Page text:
• Adam B says:

      SASS/LESS actually let you do math operations with mixed types (ex: setting min-height to 100% – 120px)

    • Galen Gidman says:

      I’m pretty sure that isn’t actually the case. As I understand, it might work in CSS calc(), but not in LESS/Sass.

  • Thanks! I tried this and have been using this on my blog for a while now. One caveat I ran into is that because the behaviour of table cells is that they won’t collapse smaller than the minimum size of their content, it’s a bit tricky to get overflow: scroll to work on elements containing non-wrapping text. Like code blocks on a blog. I haven’t really settled on a solution yet, but thought I’d give a heads up on the issue.

    • Well, of course right after writing that I did figure a passable solution. For my case it’s enough to give pre elements inside articles max-width: 90vw;, but that’s not really a general solution, nor does it have perfect browser support.

  • Thank you for this solution. I’ve been trying loads of different approaches, but none suited my needs. A thing to mention tho is, if you wrap your whole site in a div to center your site on a maximum width, it doesn’t work anymore. Really, don’t know why not. My solution to this was quite simple: I took the wrapping div out of my html and added the CSS to center my website to my body-tag. I don’t know how cross-browser this is, but it works fine on Chrome, Safari and my Android (chrome). For example:

    body {
    	display: table;
    	max-width: 990px;
    	margin: 0 auto;
    }

    This also means that its kind of responsive. Every window that’s smaller than 990px just narrows the site. I have this straight-forward 1 column site with a header on top, a main in the middle and a footer at the bottom. When using a background-image and background-size: contain to handle my graphics in header and footer, the size of these graphics also scale down depending on the width of the window. Simple, and it works.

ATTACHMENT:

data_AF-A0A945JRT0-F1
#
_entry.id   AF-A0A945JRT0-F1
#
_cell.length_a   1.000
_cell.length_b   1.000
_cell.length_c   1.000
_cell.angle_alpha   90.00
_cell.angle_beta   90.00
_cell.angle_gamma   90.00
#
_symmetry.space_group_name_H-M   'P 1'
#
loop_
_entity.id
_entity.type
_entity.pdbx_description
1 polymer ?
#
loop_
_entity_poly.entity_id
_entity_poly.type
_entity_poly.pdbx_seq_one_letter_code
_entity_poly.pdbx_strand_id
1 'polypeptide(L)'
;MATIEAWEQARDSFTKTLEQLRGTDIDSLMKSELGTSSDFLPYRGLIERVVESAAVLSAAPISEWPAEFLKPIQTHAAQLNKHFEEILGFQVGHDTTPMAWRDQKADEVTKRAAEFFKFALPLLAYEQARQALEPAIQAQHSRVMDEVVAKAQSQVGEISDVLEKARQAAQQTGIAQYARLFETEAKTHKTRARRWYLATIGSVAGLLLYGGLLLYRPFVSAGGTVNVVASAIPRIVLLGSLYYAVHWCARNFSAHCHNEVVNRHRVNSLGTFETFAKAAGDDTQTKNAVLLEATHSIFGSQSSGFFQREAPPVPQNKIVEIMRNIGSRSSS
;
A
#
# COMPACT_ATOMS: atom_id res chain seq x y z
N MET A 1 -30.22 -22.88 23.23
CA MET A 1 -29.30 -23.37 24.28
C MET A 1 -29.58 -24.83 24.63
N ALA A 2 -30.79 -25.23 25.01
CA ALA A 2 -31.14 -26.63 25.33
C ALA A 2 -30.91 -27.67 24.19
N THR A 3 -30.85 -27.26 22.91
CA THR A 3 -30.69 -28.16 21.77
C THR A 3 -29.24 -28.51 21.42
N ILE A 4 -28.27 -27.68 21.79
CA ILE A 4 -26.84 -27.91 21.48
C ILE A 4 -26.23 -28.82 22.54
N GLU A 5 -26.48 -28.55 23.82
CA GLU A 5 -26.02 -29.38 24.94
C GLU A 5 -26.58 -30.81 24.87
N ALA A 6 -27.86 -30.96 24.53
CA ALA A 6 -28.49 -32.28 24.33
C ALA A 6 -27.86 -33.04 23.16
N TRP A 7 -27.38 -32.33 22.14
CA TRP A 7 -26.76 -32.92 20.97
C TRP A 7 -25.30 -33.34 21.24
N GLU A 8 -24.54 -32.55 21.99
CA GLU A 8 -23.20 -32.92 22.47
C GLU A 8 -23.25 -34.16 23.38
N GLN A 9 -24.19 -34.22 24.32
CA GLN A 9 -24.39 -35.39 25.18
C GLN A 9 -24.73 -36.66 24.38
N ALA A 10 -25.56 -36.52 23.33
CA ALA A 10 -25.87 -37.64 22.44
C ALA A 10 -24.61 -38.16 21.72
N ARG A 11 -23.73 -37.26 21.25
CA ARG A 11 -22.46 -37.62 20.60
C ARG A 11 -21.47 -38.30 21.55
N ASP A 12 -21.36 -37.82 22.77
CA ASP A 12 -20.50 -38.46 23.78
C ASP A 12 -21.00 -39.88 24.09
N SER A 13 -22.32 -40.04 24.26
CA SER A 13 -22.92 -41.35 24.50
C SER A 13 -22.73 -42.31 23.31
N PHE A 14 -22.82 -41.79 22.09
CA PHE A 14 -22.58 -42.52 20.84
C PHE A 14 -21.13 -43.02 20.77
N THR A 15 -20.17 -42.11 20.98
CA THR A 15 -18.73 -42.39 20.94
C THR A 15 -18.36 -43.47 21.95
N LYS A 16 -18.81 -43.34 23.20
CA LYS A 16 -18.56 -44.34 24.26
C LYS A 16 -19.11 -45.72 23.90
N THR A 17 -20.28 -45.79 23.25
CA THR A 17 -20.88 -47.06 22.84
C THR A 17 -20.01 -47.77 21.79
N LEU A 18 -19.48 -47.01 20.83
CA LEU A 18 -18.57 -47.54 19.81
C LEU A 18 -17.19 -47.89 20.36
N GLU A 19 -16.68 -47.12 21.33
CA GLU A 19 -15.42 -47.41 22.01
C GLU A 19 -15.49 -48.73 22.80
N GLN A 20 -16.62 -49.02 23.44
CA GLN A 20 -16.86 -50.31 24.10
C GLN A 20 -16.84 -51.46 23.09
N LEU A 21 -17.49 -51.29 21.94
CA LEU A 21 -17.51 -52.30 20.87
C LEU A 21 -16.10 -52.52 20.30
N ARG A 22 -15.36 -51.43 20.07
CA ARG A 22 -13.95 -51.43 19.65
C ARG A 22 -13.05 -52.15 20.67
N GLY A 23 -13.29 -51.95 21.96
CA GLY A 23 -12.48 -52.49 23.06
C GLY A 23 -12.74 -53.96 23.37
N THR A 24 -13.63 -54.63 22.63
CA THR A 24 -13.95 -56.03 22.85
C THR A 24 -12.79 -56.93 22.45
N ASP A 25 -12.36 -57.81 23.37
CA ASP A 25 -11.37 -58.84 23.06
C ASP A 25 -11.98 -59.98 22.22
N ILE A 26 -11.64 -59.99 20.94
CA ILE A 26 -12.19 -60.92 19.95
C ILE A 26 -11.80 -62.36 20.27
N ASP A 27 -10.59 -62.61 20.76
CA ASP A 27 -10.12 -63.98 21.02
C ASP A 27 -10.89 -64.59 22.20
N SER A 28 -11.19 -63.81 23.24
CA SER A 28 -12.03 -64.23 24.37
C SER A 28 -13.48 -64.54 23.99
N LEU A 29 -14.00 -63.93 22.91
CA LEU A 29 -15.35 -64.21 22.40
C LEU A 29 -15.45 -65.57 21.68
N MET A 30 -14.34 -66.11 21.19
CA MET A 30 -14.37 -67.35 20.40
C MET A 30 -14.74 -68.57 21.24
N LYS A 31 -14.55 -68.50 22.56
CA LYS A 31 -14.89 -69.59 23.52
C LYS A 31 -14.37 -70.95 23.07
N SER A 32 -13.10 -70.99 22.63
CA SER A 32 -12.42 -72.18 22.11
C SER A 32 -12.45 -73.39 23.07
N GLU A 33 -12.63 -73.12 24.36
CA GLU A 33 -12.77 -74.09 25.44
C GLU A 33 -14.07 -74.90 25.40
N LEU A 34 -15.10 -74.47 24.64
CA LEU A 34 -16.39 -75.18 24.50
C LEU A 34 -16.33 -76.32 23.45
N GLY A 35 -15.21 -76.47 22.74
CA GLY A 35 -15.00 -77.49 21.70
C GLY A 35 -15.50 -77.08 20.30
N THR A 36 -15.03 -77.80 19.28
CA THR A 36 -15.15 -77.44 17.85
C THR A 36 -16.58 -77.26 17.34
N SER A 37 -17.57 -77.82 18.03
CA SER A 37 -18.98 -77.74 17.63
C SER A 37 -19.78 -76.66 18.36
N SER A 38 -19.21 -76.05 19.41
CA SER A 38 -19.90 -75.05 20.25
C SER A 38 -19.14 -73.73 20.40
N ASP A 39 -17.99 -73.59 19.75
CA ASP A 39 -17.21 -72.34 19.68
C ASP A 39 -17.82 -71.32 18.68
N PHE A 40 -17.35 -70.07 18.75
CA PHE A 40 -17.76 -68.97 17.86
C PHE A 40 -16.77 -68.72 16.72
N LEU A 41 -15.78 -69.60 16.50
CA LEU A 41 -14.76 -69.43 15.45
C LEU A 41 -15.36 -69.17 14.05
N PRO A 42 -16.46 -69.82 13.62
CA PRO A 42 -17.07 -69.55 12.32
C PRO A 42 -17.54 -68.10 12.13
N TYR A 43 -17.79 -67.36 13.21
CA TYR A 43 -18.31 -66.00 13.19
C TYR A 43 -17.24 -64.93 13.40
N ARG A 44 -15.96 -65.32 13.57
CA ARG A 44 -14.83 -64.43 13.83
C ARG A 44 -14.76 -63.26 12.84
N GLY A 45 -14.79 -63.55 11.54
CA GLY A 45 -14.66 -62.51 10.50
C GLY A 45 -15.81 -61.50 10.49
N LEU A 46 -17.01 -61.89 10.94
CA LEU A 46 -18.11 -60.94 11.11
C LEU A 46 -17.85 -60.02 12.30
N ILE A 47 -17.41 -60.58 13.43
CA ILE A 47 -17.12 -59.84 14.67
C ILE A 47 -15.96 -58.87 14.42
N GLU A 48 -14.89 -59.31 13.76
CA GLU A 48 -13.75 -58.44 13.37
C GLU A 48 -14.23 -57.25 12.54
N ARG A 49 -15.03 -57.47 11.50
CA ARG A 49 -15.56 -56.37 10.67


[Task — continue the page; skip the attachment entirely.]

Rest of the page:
Thank you,
    Marijn
    Belgium

  • Matt says:

    Thanks very much for sharing this. I was having trouble with images set to max-width: 100% not scaling down. Just incase anyone is having the same problem the fix which I found on Stack Overflow was to put table-layout: fixed on the element that is set to display: table.

    http://stackoverflow.com/questions/2923710/why-do-firefox-and-opera-ignore-max-width-inside-of-display-table-cell

  • Patrick says:

    I’m having a doozy trying to debug why the vertical scroll bar created with the content pushing down the footer using this method, also creates a horizontal scroll bar in the browser. When the content is in the view port, the horizontal scrollbar doesn’t exist. No matter what browser I use, this happens.

    http://superiorsample.com/newsite/index.cfm

  • Dreamvention says:

    Great solution. thanks!

    For some reason, it didn’t quite work – the height of 100% would through my footer below the screen size so I had to change it a bit. hope this helps.

    html,
    body {
      height: 100%; 
    }
     
    body {
      display: table;
      width: 100%;
    }
     
    body > * {
      display: table-row;
      height: 1px;
      box-sizing: border-box
    }
     
    main { 
      height: 100%; 
    }
  • Timo says:

    Bookmarked, and used! This is the perfect solutions. I’ve been looking for this for ages, everyone should know this!

  • Just the solution I was looking for, thanks for sharing and saving me some time (and headache :))

  • Leave a Reply

    Your email address will not be published. Required fields are marked *

    You may use these HTML tags and attributes: <a href="" title=""> <abbr title=""> <acronym title=""> <b> <blockquote cite=""> <cite> <code> <del datetime=""> <em> <i> <q cite=""> <strike> <strong>